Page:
Sand Castle doesn’t do anything new or thought-provoking with the war genre. It just reminds you of the trauma both sides go through.
Characters & Storyline
Matt Ocre (Nicholas Hoult) didn’t really want to join the armed forces. Especially the war in Iraq. However, he signed up months before 9/11 and that is where they sent him. So, for a while, he was just looking for ways to get out. He broke his hand and thought that would do it, but he was wrong. Though in the time period of around 2+ years, he finds himself becoming part of a family. One which, with Matt being a bit more smart about his actions than Chutsky (Glen Powell), and perhaps more level-headed than Enzo (Neil Brown Jr.) and Burton (Beau Knapp), his squad Sargent Harper (Logan Marshall-Green) finds value in the kid. But, like any war movie, everyone’s time in the armed forces come to an end. The question is though, who survives to tell the others’ story?
You Can Get a Good Grasp on who is who
Depending upon the squad and their goal, you can become bombarded with names and various ranks to the point you get lost as to who is who. Thankfully though, even with very little in terms of physical diversity, it does become clear who the members of Ocre’s squad are sooner than you think it would. Also, as they venture through Iraq and we meet translators, soldiers, and locals, you get the sense that we only meet and hear the names of people who matter to the story. That is, as opposed to things being like in the beginning where you hear dozens of names and either don’t see the faces again or until the end of the film.
A Reminder That Iraq Wasn’t All Desert and Backwards Living
One of the most horrible things war films can do is present the propaganda that we are the civilized ones and the places we occupied were backwards. This film, though not heavily, goes against the grain when it comes to that. For while there is old infrastructure and this sense that not a lot happens there, at times, we are also reminded there is more than what our eyes get to see.
Take for instance Kadeer (Navid Neghaban) and his school, the fact his brother is an engineer who is able to fix what all these well-trained American soldiers could not. Plus, little things like seeing a dress shop and other stuff which reminds you that these countries the western world invades were very much modern before we step foot there. They had/have all the conveniences we had, like running water. Plus they have free universities, something Americans still don’t have. But in the process of forcing our way of life onto them and getting rid of people we deemed our enemies or the enemies of our business interest, we destroy the people’s lives and culture.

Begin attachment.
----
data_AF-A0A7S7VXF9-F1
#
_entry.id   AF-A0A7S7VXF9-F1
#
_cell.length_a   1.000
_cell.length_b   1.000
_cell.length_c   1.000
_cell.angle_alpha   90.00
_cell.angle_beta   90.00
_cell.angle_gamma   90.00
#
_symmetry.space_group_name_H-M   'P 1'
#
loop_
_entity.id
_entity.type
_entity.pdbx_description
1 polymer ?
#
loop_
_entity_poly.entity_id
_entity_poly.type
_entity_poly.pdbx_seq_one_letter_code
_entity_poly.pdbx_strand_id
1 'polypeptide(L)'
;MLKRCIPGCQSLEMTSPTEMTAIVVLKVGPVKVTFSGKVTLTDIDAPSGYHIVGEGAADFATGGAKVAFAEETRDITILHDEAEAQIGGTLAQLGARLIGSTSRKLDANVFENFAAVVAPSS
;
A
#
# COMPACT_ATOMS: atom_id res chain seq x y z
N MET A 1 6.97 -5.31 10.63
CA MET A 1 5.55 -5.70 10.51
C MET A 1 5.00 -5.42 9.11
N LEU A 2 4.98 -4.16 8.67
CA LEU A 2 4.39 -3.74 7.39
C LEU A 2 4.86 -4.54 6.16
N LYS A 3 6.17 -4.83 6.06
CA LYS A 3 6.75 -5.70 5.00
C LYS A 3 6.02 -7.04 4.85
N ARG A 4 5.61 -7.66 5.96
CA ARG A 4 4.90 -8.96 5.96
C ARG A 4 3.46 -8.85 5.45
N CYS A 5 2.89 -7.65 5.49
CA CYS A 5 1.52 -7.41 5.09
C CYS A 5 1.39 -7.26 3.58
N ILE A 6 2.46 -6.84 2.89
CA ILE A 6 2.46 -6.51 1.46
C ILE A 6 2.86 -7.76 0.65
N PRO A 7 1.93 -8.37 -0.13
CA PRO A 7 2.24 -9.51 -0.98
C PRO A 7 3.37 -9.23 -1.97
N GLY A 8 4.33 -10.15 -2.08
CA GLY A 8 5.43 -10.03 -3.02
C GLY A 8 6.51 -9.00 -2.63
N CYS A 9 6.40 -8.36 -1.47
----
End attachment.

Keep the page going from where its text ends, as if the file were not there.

You Are Casually Reminded Both Sides are Terrorist
I hope there comes a day when someone from central Eurasia, aka the Middle East, presents their side of the Iraq war. For really, just getting snippets of showing how the military became their version of terrorists isn’t enough. It doesn’t fully convey the idea that “The War on Terror,” similar to “The War on Drugs” likely does more harm than good. For the collateral damage of the people you are trying to arrest or kill, are the same people you are trying to protect. Which you can see as the protection of the troops leads to parents, often men, being harassed in front of their children. Some even arrested or killed in front of them. Which, unfortunately, the movie doesn’t provide much wiggle room for, since nearly every man killed has a gun, but it does present the idea that Americans aren’t just wanted because the terrorist control the area, but also because they really don’t give a damn about the locals.
Hence why, when it came to fixing that pipe, the army wasn’t given man power but money. That way, the Iraqis could be paid to fix a problem the Americans caused.
Women Are More Often Seen But Not Heard
While it wasn’t until 2013 that the direct ground combat exclusion rule ended, I found it strange that women barely had a voice in this film. Yeah, we saw the Iraq natives in their usual place in war movies like this. You know, as wives and mothers, but as for on the US Army side, we see them solely in passing. They have no sort of voice, see no kind of action, and if you see more than a dozen in the whole movie? Well, I’d be surprised.
On The Fence
Doesn’t Dedicate Enough Time To The Soldiers’ Relationships
Outside of Enzo and Burton’s relationship, which stems from the two growing up together, there isn’t a strong focus on relationship building in this movie. Something which I think affects it in a negative way since the heart of any war movie comes from this band of strangers, who come from across the country, joining together for a similar cause. With this movie, you don’t get that.
I mean, yes, you do see Matt become loyal due to the hardships he and his squad mates face, but that’s it. There isn’t this sort of, Billy Lynn’s Long Halftime Walk type of build where it makes you honestly worried not just about someone dying, but how it would affect the others. Leaving you with a movie largely stripped of emotion, no matter what is happening on the battlefield.
Overall: Mixed (Home Viewing) [note]I really need to come up with a different thing to put in the ()[/note]
There is nothing really exemplary about Sand Castle. It doesn’t present any new type of angle to the Iraq war, doesn’t have memorable relationships between characters, nor really give a voice to the Iraqis dealing with their country being occupied. It does its job in depicting the lives of soldiers, but that’s it.
Hence the Mixed rating for the film doesn’t seek to be different in any notable way.